Two faculty members of the UCLA Henry Samueli School of Engineering and Applied Science have been elected fellows of the National Academy of Inventors – James C. Liao, the Ralph M. Parsons Foundation Professor of Chemical Engineering, and M.C. Frank Chang, the Wintek Chair in Electrical Engineering. The organization announced this year’s class of 168 fellows on December 15.
The honor recognizes those who have demonstrated a highly prolific spirit of innovation in creating or facilitating outstanding inventions that have made a tangible impact on quality of life, economic development, and welfare of society.
Liao, who is the chair of UCLA’s Chemical and Biomolecular Engineering Department and the Bioengineering Department, is acclaimed for his work developing more efficient biofuels. He has synthesized bacteria both to consume carbon dioxide, a harmful greenhouse gas, and to produce the liquid fuel isobutanol. In essence, he and his team turned exhaust into fuel in a series of biochemical reactions powered directly by sunlight. He has also developed a way to turn electricity into liquid fuel, as well as a method for converting waste proteins into fuel. His techniques can be used to address obesity by increasing metabolism rates — research that showed successful results in mice.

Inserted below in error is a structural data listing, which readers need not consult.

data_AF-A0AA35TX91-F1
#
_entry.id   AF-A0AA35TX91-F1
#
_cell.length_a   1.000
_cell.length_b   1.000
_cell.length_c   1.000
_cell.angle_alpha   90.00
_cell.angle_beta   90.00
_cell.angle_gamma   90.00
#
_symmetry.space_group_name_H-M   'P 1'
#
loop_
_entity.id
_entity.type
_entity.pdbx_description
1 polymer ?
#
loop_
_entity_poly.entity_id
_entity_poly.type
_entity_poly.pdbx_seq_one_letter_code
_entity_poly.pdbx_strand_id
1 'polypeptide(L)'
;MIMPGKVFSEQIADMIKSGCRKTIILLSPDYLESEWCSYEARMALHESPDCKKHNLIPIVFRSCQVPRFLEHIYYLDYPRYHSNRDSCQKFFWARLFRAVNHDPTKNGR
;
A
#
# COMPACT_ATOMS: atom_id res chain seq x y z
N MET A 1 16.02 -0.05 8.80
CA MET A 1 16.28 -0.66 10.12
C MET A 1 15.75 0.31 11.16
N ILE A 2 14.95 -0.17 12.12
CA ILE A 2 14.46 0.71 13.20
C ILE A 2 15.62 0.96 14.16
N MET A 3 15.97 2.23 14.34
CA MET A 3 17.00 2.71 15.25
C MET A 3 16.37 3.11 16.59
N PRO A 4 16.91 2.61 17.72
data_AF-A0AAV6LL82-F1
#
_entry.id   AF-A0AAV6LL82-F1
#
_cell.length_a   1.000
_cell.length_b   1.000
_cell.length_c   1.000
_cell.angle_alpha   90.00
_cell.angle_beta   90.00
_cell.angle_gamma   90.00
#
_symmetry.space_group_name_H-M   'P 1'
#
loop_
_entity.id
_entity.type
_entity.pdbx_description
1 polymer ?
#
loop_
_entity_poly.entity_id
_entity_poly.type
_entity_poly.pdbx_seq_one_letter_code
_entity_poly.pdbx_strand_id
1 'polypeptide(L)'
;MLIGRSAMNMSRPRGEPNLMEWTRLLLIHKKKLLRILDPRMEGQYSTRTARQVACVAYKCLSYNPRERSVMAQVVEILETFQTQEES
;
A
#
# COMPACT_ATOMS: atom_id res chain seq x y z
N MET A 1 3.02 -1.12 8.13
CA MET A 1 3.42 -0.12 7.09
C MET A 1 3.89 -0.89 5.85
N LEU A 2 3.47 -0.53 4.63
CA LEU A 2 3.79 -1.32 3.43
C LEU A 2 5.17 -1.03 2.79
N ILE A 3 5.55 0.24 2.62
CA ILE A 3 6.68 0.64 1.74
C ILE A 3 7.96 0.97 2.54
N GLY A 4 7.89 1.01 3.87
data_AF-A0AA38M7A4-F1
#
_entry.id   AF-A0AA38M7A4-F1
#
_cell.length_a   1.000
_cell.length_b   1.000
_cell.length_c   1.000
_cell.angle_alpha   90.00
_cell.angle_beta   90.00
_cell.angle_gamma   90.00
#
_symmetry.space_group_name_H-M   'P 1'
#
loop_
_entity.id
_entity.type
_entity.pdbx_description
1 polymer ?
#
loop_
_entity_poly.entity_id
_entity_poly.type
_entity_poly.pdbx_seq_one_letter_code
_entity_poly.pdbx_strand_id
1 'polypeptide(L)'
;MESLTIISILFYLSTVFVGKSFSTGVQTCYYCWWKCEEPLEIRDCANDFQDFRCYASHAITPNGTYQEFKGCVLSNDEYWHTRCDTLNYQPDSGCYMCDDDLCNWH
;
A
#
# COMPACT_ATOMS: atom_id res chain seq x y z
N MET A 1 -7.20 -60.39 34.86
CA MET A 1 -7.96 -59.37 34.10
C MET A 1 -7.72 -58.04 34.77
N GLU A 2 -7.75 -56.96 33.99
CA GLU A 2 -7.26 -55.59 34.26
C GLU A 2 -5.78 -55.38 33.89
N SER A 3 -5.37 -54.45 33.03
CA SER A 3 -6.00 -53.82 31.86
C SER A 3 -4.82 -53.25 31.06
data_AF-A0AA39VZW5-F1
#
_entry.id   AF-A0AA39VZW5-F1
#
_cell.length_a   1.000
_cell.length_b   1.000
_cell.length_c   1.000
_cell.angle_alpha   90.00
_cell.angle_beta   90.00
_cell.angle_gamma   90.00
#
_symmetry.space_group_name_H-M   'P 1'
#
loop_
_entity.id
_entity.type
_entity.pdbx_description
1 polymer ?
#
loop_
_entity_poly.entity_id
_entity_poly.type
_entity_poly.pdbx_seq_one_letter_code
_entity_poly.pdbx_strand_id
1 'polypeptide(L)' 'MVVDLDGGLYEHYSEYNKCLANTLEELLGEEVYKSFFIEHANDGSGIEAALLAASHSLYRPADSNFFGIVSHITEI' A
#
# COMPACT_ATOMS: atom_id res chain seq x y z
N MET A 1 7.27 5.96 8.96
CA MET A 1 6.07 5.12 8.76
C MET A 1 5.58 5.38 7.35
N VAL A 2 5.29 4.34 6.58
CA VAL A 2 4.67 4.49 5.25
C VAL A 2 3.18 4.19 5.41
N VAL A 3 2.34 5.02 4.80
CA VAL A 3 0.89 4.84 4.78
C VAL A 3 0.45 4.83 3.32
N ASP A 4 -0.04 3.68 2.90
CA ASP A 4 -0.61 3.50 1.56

Liao also holds a faculty appointment in UCLA’s Department of Chemistry and Biochemistry. He has received numerous honors and awards for his research, including election to the National Academy of Engineering and National Academy of Sciences.
He is known for his pioneering technical and research contributions in the development of high-speed and high-frequency III-V semiconductor materials, devices and RF/wireless and mixed-signal GaAs Heterojunction Bipolar Transistors (HBT) and Si CMOS integrated circuits for communication, interconnect and imaging systems. Prior to joining UCLA in 1997, Chang was the Assistant Director and Department Manager of the High Speed Electronics Laboratory of Rockwell International Science Center.
Chang has received numerous honors for his work including election to the National Academy of Engineering.